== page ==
It is a question I hear quite often when people learn that I am keen about cars: „What is your dream car? If money doesn’t make a difference, what would you have?“
I find this an incredibly hard question and often I have no idea what to respond. It is just the fact that there is a lot of exciting stuff out there, and the choice tends to become even more difficult if you include past vehicles. Cars are so incredibly different and can be exciting on completely different levels. For me, the more appropriate question would be „What is your favourite V8 sports car from the seventies“ or „What sporty four-door would you have“. Naturally, making that point either confuses people or puts them into a stance of nerd-avoidance.
This can’t go on like this, so I have spent a good deal of time and patience to make up my mind. But again, there has to be some narrowing down. First, I find it incredibly useless for a normal chap to answer this question with something ridiculously expensive. Nevertheless, people tend to answer with „Ferrari Enzo“ or „Bugatti Veyron“. Which is complete nonsense, as I am sure nobody with an idea about cars would answer this way. People just say that because they know it is on top of some scale or would be unbeatable in a game of Top Trumps. Sure, these are in some way cars superior to anything else, but I like to keep my dreams more realistic (even if this seems odd wording). To be honest, chances are quite slim that one day I will be able to buy and run a top-end Ferrari. However, I am optimistic enough to hope that I will someday earn enough money to spent a considerable amount of money on a car without having to sell my family.
There is something else – I find expensive, purpose-built sports cars terrific and fascinating. And boy, would I love to get behind the wheel of a 458. However, I am not sure if I want to own one. These are cars for occasions. Not for everyday use. As I love cars as companions, my dream car has to able to do a bit more than go really fast and look flashy. It has to be useable on a daily basis, and be occasionally left out on the street for a night. I know only a few cars that are able to do this and still give you a proper run for the money, but I imagine the ownership experience of such a car to be very, very fulfilling.
So, this is the big one: What do I dream to own? It is the BMW E28 M5. Badumm-Tsss. Doesn’t sound geeky at all, does it? I will explain why. First: For some reason, my dream car has to be from the 80s. I can’t really put my finger on why, for some part I like the boxy, often forward-facing design of the mid-80s. Just look at a BMW 635 from the time to get my point. On the other hand, it definitely is the time where performance became available, maybe not to the masses, but to a much wider circle of people. The M5 is a prime example of this. At the same time, with just under 300bhp it is not ridiculously overpowered as executive-cars 20 years later. I know that it handles like a dream, even though I haven’t actually driven one. But I want. I want to quite badly. It also has another feature that makes cars great: It has historic significance. It was the first proper, full scale M-car, being revealed a year before the not less legendary M3 was born. No matter of which 5 series generation, the M5, since that first model, has always been more car that you could ever require: Space, comfort, Fun to drive, more than enough power, superb handling, good looks (well, skip the E60 for this one). Petrolheads have always loved the M5, even though for different reasons. The E60 for example was a nose-heavy, V10-equipped technology-loaden monster. Still, people loved it for its over-the-topness. And it all goes back to that first model, the E28. It just means something. And will you just look at it.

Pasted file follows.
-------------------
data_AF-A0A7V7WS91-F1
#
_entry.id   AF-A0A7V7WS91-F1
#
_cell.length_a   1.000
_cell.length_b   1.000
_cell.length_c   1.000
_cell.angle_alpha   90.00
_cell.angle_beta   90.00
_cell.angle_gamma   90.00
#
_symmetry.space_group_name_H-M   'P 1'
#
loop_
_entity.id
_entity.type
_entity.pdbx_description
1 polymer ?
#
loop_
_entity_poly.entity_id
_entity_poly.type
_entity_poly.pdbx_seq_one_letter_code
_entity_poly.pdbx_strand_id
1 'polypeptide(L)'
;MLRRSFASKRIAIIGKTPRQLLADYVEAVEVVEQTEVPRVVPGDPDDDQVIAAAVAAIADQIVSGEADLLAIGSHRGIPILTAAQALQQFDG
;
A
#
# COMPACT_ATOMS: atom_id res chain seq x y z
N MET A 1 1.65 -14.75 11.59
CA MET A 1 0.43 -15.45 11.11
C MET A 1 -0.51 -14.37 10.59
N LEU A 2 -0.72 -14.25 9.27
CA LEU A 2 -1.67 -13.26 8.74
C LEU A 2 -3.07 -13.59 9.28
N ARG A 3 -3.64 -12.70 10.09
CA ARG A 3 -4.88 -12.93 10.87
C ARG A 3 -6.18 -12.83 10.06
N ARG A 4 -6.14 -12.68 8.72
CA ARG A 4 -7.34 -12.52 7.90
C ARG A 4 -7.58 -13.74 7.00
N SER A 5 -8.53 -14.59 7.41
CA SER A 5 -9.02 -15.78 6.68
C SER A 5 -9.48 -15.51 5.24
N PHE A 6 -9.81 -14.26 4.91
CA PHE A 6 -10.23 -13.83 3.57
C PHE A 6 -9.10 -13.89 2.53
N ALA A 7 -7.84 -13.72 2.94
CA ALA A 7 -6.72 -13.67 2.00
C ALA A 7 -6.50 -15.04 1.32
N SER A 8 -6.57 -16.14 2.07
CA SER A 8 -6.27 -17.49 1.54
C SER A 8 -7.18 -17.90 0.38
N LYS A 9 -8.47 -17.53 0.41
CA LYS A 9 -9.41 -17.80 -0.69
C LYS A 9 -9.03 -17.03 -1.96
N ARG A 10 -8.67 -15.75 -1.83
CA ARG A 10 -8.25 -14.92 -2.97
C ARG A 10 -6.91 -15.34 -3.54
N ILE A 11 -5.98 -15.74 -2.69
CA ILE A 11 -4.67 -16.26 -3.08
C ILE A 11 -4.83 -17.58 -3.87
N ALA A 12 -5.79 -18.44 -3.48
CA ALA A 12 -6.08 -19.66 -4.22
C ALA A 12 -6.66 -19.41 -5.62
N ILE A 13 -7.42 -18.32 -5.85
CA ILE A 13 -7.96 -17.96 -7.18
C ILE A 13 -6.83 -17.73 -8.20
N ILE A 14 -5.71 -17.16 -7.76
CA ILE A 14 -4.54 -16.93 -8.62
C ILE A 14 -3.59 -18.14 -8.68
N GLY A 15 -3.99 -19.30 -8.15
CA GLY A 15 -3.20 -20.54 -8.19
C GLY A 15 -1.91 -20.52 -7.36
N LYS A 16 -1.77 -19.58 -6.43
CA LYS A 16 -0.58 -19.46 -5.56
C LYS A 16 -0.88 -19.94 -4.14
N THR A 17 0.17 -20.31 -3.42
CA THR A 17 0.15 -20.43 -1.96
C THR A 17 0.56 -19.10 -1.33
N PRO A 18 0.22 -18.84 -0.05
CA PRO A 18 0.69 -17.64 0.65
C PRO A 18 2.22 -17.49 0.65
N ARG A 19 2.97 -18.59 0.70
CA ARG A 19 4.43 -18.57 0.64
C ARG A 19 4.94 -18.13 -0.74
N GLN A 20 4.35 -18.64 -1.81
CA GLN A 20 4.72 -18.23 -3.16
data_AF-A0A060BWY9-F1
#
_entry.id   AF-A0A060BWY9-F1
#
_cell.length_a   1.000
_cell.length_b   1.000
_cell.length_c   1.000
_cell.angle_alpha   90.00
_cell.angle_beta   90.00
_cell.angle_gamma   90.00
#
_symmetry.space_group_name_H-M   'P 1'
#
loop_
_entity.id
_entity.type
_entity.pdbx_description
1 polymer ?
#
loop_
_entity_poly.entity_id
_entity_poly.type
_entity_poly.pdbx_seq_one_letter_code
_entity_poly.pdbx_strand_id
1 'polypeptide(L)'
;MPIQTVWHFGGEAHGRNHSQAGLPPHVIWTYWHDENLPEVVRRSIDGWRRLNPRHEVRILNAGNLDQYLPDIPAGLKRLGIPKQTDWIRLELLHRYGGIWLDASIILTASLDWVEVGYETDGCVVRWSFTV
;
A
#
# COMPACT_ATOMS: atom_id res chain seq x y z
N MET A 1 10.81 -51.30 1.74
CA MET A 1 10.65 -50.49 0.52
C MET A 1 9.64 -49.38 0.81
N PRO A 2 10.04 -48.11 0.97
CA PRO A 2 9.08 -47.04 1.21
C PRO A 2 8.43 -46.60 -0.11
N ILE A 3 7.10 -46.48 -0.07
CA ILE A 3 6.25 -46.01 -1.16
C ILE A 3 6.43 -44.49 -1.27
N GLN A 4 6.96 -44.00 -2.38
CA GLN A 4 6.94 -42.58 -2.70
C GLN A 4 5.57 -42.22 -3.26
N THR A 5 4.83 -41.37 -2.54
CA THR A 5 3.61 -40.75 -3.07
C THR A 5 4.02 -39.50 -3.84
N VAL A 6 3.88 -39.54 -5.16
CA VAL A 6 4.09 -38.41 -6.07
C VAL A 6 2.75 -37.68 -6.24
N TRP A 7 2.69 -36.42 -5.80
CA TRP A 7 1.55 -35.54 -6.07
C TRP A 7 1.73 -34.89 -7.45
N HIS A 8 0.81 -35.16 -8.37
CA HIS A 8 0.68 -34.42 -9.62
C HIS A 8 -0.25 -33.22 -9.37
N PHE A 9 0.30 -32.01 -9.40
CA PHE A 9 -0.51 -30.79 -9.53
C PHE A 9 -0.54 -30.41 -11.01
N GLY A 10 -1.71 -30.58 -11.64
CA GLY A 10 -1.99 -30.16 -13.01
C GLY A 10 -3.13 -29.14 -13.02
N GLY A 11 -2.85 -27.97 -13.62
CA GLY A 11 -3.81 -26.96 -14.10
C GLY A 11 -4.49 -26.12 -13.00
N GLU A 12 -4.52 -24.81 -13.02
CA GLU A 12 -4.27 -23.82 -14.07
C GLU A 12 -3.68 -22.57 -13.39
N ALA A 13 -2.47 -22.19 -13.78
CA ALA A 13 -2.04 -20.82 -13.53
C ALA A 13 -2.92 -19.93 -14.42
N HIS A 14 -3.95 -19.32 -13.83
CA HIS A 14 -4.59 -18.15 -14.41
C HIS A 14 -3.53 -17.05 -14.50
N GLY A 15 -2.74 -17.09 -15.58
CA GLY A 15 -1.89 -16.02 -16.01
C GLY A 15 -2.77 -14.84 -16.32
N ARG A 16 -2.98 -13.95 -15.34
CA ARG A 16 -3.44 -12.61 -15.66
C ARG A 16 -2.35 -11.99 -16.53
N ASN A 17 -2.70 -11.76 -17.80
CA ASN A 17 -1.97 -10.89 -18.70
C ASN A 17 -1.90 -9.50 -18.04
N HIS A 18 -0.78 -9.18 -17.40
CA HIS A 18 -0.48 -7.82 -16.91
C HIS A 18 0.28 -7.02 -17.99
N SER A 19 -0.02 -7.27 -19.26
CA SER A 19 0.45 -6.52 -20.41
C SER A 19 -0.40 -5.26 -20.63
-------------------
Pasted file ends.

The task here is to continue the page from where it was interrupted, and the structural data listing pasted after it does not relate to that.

It is a symphony of rectangular shapes and general boldness. And there is more: It is affordable, in a way. An alright example should set you back at about 15.000 Euros, and what is that in comparison to an Aston Martin? Right, not much. The fact that I someday might call one my own, have it sitting in a suburban garage, drool over its engineering and explain the 3,5-litre, naturally aspirated 24-valve straight-six to my son gets me a lot more excited than the thought of owning a Ferrari and having it locked away most of the year. It is the perfect package of fascinating engineering, historic significance and availability that makes this my dream car. And I am not alone with this – Chris Harris agrees.
Chris who? Chris Harris is a British motoring journalist, but he does things a bit different. First, his publishing platform is a channel on youtube, not the telly or some magazine. Here, he uploads 10 to 15-minute films of him testing one or two cars, and he somehow manages, better than anyone, to be quite technical, but still entertaining at the same time. His youtube-page is worth a look. And, as I found out during my research, he owns an E28 M5. And his video about it puts a big „yes“ behind the arguments I have just made, I think.
Mind you, Chris has owned a Ferrari 599 as well. He sold it, I think, but the M5 stays in his garage.